“I did harbour some hope at the beginning... but again, he hasn’t been forthcoming in the delivery of his promises,” she told The Malaysian Insider, saying that this amounted to a “cop out”.
The Lembah Pantai MP said there was no excuse for delaying the ISA repeal given that Najib himself made the decision, chiding the prime minister for not already having a draft to present to Parliament.
She urged the Najib to look up previous proposals — including the Emergency Revocation Bill that Pakatan Rakyat (PR) tried to table in April — to speed up the law reform process.
“If the Attorney-General cannot do the job, I would invite the prime minister to take whatever is there and just get the job done,” Nurul Izzah said.
DAP international secretary Liew Chin Tong said it would be “extremely unwise” of Najib to call a general election before he repeals the ISA as that would damage what remains of his credibility. He stressed that the public was keen on actions, not words, and warned Najib he ran the risk of repeating former Prime Minister Tun Abdullah Ahmad Badawi’s mistakes if he did not deliver quickly.
Abdullah, led Barisan Nasional (BN) to its worst-ever rout in Election 2008 — it was the first time since 1969 that the ruling coalition had failed to secure a two-thirds parliamentary majority — after the public turned on him for failing to deliver on promised reforms.
“If he wants to call elections, he’d better push through the ISA (repeal) in this Parliament session. Otherwise people are going to take a very cynical view,” Liew said.
Bar Council president Lim Chee Wee said he would like to see reforms take place before Najib seeks a fresh mandate but pointed out there was no need for any replacement to the ISA.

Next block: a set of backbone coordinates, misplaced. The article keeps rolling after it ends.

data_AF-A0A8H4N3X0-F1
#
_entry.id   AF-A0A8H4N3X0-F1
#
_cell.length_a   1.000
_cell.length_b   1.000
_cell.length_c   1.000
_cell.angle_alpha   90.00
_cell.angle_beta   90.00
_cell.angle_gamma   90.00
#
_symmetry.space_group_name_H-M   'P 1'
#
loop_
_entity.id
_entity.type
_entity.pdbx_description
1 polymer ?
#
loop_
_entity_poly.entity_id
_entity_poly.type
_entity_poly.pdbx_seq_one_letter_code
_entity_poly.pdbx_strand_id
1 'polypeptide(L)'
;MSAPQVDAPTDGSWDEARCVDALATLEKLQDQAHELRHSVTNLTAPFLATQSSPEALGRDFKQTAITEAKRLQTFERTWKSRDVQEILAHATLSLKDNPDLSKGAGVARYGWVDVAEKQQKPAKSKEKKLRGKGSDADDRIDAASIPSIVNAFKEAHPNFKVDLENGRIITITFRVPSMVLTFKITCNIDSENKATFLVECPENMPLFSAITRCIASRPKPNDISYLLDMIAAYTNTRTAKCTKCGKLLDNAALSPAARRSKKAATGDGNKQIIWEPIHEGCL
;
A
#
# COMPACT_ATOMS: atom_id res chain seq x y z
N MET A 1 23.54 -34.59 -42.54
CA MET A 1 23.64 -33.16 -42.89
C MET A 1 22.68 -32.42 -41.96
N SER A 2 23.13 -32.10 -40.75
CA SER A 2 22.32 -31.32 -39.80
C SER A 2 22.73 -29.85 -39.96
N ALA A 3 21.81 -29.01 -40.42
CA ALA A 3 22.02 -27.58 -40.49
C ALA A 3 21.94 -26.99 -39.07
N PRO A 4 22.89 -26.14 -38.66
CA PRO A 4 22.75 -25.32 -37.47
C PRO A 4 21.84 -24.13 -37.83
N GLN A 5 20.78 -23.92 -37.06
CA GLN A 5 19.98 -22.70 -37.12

“Malaysia doesn’t need any detention-without-trial laws because it has already effectively strengthened its legislative provisions to take into account, and deal with, the threat of terrorism,” he said.
Lim said it was therefore disappointing that the government was contemplating two new laws to deal with terrorism and subversion but stressed that the Bar should be consulted on any replacement legislation. The prime minister said over the weekend that the ISA would be scrapped in March and that his reform timetable would instead begin with the repeal of the Banishment and Restricted Residence Act when Parliament reconvenes on Monday.
“Next week I will begin the process but ISA will be done in March as we need to draft two new laws,” Najib had said after chairing an Umno supreme council meeting.
He also said amendments to the Police Act to allow for freedom of assembly other than street protests will likely be tabled in next month.
Najib announced a raft of reforms, including the lifting of three states of emergency, in his Malaysia Day address and vowed to grant Malaysians greater freedoms.
Along with the parliamentary select committee on electoral reforms, the repeal of the ISA appears to be a key concession by Najib to win back middle Malaysia before snap polls expected early next year.